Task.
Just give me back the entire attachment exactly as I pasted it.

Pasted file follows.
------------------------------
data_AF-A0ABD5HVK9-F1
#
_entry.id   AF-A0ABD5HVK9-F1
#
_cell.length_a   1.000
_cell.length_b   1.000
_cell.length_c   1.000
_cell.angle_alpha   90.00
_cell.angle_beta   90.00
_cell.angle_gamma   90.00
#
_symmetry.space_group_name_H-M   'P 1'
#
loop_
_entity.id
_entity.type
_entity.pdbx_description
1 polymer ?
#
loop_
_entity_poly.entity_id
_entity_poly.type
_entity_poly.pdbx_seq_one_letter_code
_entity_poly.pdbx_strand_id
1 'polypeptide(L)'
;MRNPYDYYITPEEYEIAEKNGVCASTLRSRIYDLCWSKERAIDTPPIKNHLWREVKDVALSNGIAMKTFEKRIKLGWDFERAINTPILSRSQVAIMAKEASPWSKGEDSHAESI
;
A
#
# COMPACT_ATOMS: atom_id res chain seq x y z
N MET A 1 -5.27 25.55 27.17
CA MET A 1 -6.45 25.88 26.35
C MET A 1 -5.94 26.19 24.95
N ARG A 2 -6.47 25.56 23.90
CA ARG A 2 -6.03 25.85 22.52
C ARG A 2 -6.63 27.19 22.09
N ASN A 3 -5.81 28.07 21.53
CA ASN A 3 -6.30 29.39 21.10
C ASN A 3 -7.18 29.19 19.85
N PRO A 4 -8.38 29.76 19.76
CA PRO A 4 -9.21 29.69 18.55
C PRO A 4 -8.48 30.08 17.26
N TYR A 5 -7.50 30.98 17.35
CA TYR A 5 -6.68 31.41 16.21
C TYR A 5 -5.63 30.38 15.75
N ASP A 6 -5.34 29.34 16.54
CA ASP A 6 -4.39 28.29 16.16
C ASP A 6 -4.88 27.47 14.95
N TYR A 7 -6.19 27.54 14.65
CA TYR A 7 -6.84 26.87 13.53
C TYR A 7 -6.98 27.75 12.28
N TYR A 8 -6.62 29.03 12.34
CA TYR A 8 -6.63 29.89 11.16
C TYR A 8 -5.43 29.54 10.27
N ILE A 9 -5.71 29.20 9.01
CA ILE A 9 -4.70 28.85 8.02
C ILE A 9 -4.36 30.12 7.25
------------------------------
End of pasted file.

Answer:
data_AF-A0ABD5HVK9-F1
#
_entry.id   AF-A0ABD5HVK9-F1
#
_cell.length_a   1.000
_cell.length_b   1.000
_cell.length_c   1.000
_cell.angle_alpha   90.00
_cell.angle_beta   90.00
_cell.angle_gamma   90.00
#
_symmetry.space_group_name_H-M   'P 1'
#
loop_
_entity.id
_entity.type
_entity.pdbx_description
1 polymer ?
#
loop_
_entity_poly.entity_id
_entity_poly.type
_entity_poly.pdbx_seq_one_letter_code
_entity_poly.pdbx_strand_id
1 'polypeptide(L)'
;MRNPYDYYITPEEYEIAEKNGVCASTLRSRIYDLCWSKERAIDTPPIKNHLWREVKDVALSNGIAMKTFEKRIKLGWDFERAINTPILSRSQVAIMAKEASPWSKGEDSHAESI
;
A
#
# COMPACT_ATOMS: atom_id res chain seq x y z
N MET A 1 -5.27 25.55 27.17
CA MET A 1 -6.45 25.88 26.35
C MET A 1 -5.94 26.19 24.95
N ARG A 2 -6.47 25.56 23.90
CA ARG A 2 -6.03 25.85 22.52
C ARG A 2 -6.63 27.19 22.09
N ASN A 3 -5.81 28.07 21.53
CA ASN A 3 -6.30 29.39 21.10
C ASN A 3 -7.18 29.19 19.85
N PRO A 4 -8.38 29.76 19.76
CA PRO A 4 -9.21 29.69 18.55
C PRO A 4 -8.48 30.08 17.26
N TYR A 5 -7.50 30.98 17.35
CA TYR A 5 -6.68 31.41 16.21
C TYR A 5 -5.63 30.38 15.75
N ASP A 6 -5.34 29.34 16.54
CA ASP A 6 -4.39 28.29 16.16
C ASP A 6 -4.88 27.47 14.95
N TYR A 7 -6.19 27.54 14.65
CA TYR A 7 -6.84 26.87 13.53
C TYR A 7 -6.98 27.75 12.28
N TYR A 8 -6.62 29.03 12.34
CA TYR A 8 -6.63 29.89 11.16
C TYR A 8 -5.43 29.54 10.27
N ILE A 9 -5.71 29.20 9.01
CA ILE A 9 -4.70 28.85 8.02
C ILE A 9 -4.36 30.12 7.25